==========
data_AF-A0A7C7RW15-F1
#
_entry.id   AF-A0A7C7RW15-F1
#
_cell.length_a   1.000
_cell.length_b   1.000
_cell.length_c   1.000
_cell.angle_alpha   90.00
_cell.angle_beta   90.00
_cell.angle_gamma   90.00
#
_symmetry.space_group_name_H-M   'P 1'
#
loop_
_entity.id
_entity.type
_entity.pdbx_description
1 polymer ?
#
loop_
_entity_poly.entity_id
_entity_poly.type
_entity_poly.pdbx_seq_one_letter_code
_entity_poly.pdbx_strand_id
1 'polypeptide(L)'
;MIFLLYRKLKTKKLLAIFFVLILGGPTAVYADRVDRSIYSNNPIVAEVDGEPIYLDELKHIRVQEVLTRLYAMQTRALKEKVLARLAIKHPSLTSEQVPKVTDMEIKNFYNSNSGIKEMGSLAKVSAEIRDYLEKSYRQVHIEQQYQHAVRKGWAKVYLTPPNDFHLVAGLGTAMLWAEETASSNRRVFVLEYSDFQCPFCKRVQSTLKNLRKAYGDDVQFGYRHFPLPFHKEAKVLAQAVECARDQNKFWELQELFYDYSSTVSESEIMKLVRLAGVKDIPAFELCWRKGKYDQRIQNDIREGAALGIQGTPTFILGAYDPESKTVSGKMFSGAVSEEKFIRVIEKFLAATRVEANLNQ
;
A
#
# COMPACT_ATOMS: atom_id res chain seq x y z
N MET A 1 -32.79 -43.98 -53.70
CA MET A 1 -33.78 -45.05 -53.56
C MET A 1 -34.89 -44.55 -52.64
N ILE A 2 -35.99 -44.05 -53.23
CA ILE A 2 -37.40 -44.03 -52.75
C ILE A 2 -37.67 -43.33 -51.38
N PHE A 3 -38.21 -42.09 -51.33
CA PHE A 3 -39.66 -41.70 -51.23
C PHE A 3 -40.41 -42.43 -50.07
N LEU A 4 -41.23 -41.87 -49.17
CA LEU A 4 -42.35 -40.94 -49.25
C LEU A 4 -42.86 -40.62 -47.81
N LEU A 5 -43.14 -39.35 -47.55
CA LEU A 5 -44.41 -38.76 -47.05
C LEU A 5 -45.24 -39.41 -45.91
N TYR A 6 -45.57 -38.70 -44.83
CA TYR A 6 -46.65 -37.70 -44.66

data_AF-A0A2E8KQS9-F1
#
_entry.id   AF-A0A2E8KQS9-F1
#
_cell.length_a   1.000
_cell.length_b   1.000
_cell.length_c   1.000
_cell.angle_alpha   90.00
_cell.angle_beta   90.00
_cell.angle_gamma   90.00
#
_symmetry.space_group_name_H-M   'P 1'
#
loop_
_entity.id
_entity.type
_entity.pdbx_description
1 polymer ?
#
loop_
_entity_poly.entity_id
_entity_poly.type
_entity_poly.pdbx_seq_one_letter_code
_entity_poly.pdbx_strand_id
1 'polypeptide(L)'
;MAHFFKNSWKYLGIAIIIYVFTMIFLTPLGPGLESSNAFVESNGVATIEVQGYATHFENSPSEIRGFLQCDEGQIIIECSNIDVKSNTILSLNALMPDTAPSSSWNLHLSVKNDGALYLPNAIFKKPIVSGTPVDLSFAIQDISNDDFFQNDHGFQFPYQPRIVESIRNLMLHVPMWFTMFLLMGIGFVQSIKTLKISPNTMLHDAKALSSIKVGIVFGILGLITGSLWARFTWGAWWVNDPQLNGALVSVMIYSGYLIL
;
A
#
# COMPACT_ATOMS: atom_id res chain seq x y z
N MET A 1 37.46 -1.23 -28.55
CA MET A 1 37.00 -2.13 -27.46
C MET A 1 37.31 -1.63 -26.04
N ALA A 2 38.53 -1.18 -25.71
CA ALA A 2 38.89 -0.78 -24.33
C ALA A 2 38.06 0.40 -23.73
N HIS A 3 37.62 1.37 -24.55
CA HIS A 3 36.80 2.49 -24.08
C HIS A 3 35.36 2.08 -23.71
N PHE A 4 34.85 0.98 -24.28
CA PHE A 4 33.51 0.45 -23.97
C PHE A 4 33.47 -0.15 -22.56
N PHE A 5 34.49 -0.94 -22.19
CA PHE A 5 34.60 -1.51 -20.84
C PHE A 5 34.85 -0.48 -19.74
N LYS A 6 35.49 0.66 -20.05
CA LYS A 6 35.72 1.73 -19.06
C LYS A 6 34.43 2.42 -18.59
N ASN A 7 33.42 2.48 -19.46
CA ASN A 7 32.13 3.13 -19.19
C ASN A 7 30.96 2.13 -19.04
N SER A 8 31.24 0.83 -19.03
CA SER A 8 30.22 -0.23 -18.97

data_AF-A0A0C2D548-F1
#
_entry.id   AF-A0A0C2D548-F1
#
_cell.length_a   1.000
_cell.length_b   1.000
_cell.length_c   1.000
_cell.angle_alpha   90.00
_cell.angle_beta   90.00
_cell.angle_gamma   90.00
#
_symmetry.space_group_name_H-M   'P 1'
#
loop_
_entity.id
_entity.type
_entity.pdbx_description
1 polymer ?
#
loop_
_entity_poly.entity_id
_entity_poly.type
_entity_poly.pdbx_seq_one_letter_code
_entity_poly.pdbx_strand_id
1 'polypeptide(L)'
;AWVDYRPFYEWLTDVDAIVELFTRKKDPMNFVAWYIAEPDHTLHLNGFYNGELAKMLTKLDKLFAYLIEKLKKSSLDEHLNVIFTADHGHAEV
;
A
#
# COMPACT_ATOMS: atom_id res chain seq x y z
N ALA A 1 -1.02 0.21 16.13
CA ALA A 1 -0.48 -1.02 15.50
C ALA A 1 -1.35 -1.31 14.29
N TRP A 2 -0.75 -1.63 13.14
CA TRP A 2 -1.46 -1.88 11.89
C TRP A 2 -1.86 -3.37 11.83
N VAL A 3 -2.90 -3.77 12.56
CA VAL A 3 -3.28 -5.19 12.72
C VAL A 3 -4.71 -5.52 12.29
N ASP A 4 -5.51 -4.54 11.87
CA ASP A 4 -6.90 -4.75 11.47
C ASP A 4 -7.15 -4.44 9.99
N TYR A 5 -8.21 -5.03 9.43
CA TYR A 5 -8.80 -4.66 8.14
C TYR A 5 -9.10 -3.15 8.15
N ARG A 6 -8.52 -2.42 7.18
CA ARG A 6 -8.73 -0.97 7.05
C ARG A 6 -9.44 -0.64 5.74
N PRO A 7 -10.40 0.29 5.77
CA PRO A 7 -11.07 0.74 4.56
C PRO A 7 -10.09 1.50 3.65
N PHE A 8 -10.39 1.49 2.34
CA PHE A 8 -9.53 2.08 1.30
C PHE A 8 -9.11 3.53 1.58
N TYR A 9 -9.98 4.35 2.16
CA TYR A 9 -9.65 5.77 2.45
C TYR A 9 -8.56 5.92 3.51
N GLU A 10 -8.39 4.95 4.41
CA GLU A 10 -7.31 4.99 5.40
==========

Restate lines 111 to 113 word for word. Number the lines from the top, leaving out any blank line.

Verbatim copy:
#
_symmetry.space_group_name_H-M   'P 1'
#